Nearly every media and technology company is aiming at the living room now, either with Media Centre-style PCs or other digital hubs to spread content such as video and music around the home.
For Apple, bringing video to its massively popular iPod would certainly be an understandable step, perhaps allowing users to dock the iPod with the TiVo and download favourite shows. But it is hard to see how popular this would be in the short term.
Neither TiVo nor Apple are commenting on the rumours. Other media giants have been floated as potential buyers for TiVo as well, and financial analysts remain split on whether any deal is on the cards.
On the eve of the 41st anniversary of John F Kennedy’s murder, a dramatic new ‘docu-game’ brought the tragic assassination by Lee Harvey Oswald to life for a whole new generation. However, a spokesman for the president’s brother, Senator Edward Kennedy, called the game ‘despicable’, but has not commented on whether the family was taking any action to stop the game’s release.
JFKReloaded ($9.99, ~€7.70, ~£5.40), recreates the last few moments of the President’s life and challenges participants to help disprove any conspiracy theory by recreating the three shots that Lee Harvey Oswald made from the infamous sixth floor of the Dallas book depository.
The game promises to accurately recreate the surroundings and events of 22nd November 1963 in downtown Dallas, using information from the Warren Commission report, and has taken a ten-man team seven months to research and six months to program. The reconstruction enables players to examine the challenges that faced Oswald.
‘This new form of interactive entertainment brings history to life and will stimulate a younger generation of players to take an interest in this fascinating episode of American history,’ commented Kirk Ewing, managing director of Traffic and the creator of JFKReloaded. ‘We’ve created the game in the belief that Oswald was the only person that fired the shots on that day, although this recreation proves how immensely difficult his task was.’
Regardless of the continued passion in the US surrounding the death of one of America’s greatest heroes, Traffic is determined to promote the title respectfully whilst encouraging as many people to play the game as possible. The company has also offered an incentive of up to $100,000 (~€77,000 ~£54,000) for the first person to most accurately recreate the three shots made by Lee Harvey Oswald. A cash reward of this size is the first of its type for a game.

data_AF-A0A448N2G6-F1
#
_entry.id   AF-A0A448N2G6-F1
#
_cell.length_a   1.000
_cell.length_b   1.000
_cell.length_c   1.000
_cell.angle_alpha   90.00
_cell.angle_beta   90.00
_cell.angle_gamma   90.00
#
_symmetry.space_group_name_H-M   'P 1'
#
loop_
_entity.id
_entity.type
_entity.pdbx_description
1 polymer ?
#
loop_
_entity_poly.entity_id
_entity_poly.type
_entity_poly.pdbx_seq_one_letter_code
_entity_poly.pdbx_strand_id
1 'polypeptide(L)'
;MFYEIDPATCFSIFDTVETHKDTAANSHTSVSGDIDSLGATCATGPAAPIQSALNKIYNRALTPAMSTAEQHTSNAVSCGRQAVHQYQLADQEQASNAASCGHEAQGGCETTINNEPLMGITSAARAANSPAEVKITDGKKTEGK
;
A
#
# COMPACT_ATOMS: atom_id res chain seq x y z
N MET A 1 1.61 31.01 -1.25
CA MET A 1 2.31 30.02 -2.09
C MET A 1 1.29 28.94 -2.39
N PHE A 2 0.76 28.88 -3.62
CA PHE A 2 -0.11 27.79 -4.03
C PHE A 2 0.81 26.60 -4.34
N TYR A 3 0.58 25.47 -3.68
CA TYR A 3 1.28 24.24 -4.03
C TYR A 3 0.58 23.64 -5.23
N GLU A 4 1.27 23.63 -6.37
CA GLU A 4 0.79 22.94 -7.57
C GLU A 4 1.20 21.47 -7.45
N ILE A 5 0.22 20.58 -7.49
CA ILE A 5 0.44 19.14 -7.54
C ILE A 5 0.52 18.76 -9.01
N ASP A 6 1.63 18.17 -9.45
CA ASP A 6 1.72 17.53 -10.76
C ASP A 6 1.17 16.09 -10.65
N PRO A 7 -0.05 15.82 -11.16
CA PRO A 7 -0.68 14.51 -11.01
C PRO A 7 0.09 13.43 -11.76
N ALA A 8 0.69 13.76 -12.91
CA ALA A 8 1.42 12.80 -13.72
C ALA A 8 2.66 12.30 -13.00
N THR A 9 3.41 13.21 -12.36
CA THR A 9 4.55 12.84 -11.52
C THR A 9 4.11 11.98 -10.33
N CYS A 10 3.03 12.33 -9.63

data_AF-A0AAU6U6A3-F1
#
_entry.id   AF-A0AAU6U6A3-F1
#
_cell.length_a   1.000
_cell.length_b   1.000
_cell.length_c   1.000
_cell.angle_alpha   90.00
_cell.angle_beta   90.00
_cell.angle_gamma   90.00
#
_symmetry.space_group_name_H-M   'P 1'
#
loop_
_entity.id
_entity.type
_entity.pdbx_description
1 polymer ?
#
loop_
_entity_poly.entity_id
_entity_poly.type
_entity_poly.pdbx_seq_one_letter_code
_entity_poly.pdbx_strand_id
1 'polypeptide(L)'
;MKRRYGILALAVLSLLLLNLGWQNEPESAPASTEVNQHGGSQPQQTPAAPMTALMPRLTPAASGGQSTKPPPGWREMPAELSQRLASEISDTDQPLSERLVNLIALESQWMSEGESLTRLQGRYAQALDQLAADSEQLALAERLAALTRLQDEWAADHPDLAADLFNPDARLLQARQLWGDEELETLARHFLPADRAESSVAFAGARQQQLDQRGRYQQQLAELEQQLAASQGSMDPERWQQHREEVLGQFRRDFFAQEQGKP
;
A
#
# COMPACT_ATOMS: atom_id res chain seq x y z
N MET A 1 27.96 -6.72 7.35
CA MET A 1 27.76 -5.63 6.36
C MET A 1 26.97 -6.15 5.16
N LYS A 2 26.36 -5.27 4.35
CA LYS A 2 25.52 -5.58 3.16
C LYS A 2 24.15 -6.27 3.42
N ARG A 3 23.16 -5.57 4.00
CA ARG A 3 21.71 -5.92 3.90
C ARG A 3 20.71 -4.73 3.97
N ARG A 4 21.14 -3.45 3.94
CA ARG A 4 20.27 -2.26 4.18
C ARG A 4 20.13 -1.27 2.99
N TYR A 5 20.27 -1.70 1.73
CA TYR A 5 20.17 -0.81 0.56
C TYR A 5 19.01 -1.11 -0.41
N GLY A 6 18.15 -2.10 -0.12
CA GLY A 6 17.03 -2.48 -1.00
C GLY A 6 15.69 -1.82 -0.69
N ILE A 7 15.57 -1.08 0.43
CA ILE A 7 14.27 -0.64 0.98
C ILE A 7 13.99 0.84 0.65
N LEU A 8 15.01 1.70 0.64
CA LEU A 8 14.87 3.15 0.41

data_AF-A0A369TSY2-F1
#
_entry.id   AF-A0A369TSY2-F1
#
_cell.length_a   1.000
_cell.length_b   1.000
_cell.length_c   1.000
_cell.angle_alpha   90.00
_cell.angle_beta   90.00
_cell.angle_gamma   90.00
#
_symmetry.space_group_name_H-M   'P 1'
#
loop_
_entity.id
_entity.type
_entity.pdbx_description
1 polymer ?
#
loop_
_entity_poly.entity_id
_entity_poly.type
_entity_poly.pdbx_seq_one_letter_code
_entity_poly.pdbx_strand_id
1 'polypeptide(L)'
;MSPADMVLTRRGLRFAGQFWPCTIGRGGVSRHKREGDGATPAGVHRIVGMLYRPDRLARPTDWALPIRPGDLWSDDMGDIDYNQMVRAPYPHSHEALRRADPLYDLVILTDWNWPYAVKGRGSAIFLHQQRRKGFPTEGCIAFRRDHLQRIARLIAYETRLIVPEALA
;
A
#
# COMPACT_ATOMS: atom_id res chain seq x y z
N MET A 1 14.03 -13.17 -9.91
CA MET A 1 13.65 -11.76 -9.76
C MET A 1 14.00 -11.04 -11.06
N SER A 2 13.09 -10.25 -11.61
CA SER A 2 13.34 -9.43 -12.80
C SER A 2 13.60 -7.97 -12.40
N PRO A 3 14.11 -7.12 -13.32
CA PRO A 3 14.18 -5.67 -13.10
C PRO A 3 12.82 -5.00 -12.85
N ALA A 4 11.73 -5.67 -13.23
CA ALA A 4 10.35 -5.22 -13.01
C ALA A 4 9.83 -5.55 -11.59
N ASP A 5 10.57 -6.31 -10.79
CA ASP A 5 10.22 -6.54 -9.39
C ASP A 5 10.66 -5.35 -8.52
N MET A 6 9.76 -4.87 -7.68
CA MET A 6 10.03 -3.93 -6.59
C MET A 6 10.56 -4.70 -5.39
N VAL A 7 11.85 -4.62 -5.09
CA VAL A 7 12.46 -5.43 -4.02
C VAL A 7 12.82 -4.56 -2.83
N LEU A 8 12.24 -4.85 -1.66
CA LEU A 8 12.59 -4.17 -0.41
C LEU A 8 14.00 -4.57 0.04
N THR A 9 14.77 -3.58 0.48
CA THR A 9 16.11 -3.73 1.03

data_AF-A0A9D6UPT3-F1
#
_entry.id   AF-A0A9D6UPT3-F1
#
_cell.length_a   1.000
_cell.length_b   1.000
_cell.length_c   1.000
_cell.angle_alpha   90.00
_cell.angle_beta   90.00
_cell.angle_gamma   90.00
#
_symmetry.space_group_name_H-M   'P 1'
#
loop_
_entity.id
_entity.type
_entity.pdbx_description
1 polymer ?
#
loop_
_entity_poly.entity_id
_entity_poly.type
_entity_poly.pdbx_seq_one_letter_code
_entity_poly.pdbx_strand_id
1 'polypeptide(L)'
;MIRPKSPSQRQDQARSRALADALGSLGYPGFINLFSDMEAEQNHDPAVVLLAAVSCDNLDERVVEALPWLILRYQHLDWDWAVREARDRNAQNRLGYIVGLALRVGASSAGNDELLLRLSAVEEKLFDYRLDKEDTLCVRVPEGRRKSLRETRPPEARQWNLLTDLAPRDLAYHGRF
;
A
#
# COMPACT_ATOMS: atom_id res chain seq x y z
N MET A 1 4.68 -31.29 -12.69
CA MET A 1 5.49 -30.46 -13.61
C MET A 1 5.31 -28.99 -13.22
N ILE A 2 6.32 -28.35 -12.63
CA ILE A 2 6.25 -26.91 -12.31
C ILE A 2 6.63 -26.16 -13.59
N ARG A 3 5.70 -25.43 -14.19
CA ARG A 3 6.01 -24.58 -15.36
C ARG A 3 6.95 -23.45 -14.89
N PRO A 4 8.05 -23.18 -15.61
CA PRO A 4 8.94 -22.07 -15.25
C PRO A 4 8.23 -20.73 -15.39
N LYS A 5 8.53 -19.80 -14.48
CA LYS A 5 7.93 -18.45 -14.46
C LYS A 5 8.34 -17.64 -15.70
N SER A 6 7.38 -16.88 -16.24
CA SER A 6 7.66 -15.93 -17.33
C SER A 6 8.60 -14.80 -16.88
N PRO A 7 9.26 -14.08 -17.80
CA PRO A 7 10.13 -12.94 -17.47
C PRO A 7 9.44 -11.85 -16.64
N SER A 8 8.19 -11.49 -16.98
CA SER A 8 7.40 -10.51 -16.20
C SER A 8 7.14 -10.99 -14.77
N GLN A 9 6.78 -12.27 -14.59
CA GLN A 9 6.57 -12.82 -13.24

“We genuinely believe that if we get enough people playing the game we’ll be able to disprove once and for all any notion that someone else was involved in the assassination. The computer ballistics model says it’s possible, but players will discover just how hard it is to place those three bullets in exactly the same way that Oswald did.” The site goes live at midnight on the 22nd November 2004 and will run for 3 months.
It’s more than likely that this game will raise the issue in the press of video games containing violence, as was last seen with ‘Manhunt’. Last time the press got the wrong end of the stick and blamed a killer’s obsession with the violent computer game ‘Manhunt’ for the death of a schoolboy, although it actually turned out that the game was present in the victim’s home, not the killer’s. Some are wondering if the release of JFK game around the anniversary of the incident was a calculated move by the development company, Traffic, after watching the sales of Manhunt go through the roof during the last press frenzy.
Rumours of a new iPod are appearing – fuelled by a report on macintosh rumour site Think Secret. The new iPod is said to be built around a 60Gb drive and have a 2.2” high resolution colour screen. Users will also be able to view album artwork on the screen whilst listening to their music libraries, so let’s hope Apple have done something about the battery capacity then, because that sounds like about two hours of play time right there.
Better still, the screen is intended to display colour pictures from digital cameras copied to the the iPod – an extension of the photo storage facility introduced in a recent software update. Additional rumours state that the new player will be able to display pictures on a TV, perhaps even set to music.
As far as looks go, the casing for the new iPod will follow the design of its predecessors, although 2mm thicker… possibly to accomodate a new, higher-capacity battery.
There is no official confirmation about the new iPod from Apple, and nor will there be – the company never make statements about forthcoming products. Though some claim they do have a tendency to drop rumours here and there to stoke interest.
Several factors have combined to add a note of authenticity to the latest rumours: the new PP5020 processor from iPod chipmaker PortalPlayer features support for a colour display and TV output – whilst playing music. Toshiba, disk supplier for Apple’s iPod, has also just announced a new 1.8” 60Gb drive – and let slip that Apple had ordered a large quantity of them.
If a new colour screen iPod is on its way, then the timing is sure to lead to shortages as fans try to ensure they get on in time for Christmas, particularly at the rumoured price of US$499 (€402).
Jane Lightning, speaking at a Royal Television Society event last night, dropped an unsubtle hint that Five are considering buying Flextech, the content arm of Telewest.
While the rest of the industry is still speculating about the proposed merger with Channel 4, Lightning, Five’s chief executive said “Flextech could be one of the options we are looking at.”
Well, it either is one of the options they’re looking at or it isn’t. I’ll fetch my deerstalker, pipe and magnifying glass for a second and say that they most definitely are looking at it, otherwise she wouldn’t have mentioned it in the first place. Oh, and it’s rumoured that Five execs paid a visit to Bill Huff, the fund manager who holds 20% of Telewest, in March.
Flextech would bring Bravo, Challenge, Living, Trouble and the half of UKTV that isn’t owned by BBC Worldwide.
With C4, Sony US and Disney also sniffing after Flextech, they’d better get a move on.
Telewest are keen to sell the company to get out of debt and concentrate on its upcoming marriage to NTL, and are looking for about UK£750 million (€1.1 billion) for it.